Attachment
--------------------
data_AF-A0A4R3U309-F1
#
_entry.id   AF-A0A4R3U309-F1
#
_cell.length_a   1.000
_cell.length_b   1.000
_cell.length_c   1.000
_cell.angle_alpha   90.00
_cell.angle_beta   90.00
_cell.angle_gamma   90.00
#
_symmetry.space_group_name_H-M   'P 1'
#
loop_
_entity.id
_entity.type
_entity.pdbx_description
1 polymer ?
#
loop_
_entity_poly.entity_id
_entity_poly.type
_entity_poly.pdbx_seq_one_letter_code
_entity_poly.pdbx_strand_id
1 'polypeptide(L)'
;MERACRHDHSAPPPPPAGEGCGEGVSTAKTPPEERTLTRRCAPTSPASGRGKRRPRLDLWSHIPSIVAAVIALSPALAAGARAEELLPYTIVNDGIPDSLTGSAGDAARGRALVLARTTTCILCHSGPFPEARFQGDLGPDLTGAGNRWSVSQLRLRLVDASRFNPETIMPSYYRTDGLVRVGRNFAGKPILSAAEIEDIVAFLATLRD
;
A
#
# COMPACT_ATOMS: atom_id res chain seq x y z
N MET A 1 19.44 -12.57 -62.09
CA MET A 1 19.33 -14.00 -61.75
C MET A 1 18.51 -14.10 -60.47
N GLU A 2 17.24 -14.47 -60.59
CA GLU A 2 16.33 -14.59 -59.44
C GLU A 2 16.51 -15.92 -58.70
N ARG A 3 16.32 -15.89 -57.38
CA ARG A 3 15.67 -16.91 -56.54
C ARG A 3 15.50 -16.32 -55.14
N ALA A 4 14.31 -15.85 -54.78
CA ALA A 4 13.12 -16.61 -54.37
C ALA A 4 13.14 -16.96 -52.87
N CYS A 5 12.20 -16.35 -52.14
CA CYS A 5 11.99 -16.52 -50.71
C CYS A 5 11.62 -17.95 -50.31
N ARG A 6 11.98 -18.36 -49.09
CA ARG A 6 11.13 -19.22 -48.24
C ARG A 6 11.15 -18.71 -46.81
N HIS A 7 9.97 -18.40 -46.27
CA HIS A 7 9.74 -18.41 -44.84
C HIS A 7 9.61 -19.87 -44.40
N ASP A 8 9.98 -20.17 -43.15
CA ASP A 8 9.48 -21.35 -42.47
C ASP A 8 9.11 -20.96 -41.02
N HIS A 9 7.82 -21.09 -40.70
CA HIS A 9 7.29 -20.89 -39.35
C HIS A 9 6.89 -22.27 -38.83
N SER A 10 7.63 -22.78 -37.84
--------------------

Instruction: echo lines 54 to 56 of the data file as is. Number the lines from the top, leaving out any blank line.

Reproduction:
C ASP A 8 9.11 -20.96 -41.02
N HIS A 9 7.82 -21.09 -40.70
CA HIS A 9 7.29 -20.89 -39.35